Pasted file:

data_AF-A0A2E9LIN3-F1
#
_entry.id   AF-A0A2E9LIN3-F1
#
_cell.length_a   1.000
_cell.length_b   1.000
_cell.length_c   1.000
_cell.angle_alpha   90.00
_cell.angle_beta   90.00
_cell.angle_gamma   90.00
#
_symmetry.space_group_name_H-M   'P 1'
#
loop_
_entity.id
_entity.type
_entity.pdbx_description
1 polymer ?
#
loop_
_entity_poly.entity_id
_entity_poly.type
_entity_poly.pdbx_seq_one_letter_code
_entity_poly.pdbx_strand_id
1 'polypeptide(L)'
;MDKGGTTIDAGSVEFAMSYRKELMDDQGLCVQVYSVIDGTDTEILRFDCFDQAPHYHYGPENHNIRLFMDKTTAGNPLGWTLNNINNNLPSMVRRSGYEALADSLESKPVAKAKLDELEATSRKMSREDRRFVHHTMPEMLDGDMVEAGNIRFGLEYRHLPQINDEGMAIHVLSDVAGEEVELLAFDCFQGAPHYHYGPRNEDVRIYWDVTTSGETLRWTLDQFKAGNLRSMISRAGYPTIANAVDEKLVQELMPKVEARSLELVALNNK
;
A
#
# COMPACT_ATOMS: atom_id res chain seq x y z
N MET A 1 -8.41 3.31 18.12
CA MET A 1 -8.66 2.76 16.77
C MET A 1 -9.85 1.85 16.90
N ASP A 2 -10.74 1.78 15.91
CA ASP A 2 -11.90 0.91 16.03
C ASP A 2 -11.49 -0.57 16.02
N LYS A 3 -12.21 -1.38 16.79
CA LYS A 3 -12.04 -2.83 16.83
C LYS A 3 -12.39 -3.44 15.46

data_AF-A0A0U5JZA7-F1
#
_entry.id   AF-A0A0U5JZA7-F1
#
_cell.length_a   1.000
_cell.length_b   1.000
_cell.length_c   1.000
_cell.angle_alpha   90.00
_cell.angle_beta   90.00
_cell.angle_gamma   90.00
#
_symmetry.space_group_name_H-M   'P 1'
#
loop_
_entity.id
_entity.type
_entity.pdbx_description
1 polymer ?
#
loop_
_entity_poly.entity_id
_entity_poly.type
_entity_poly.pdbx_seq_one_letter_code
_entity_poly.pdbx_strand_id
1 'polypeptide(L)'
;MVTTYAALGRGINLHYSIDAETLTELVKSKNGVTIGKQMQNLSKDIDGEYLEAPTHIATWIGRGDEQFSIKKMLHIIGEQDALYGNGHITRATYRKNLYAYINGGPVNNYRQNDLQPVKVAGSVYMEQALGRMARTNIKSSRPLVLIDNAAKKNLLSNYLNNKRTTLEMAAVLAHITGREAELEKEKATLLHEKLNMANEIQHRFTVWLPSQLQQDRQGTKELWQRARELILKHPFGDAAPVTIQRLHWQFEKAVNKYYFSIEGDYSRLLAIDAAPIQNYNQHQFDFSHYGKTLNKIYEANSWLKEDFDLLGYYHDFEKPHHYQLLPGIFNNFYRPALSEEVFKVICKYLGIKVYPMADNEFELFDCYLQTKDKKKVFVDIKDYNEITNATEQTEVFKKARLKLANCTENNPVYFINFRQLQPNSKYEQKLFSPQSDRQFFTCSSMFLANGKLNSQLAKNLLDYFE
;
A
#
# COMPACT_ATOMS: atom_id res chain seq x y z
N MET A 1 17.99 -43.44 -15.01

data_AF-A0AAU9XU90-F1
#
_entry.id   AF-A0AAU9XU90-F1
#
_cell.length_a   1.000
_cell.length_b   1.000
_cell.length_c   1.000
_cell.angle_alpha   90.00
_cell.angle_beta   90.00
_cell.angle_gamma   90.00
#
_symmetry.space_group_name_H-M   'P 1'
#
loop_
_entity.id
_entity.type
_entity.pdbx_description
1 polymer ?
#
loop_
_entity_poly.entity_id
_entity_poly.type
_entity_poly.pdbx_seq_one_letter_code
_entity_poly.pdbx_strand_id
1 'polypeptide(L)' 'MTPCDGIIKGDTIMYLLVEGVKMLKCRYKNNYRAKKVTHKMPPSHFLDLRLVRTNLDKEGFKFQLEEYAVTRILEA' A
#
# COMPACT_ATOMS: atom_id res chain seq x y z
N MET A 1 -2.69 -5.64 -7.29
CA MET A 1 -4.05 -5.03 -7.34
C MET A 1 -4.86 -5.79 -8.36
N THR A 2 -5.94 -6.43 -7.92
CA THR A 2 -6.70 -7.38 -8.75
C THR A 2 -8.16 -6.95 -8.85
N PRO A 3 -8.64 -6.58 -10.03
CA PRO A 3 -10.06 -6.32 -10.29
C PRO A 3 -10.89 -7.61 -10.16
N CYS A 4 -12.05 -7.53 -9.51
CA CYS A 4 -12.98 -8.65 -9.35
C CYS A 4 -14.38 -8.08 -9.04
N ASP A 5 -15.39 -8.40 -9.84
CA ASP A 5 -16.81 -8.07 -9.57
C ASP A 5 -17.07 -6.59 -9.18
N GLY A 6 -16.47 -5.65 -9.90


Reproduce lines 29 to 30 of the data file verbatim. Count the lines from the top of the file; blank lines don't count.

#
# COMPACT_ATOMS: atom_id res chain seq x y z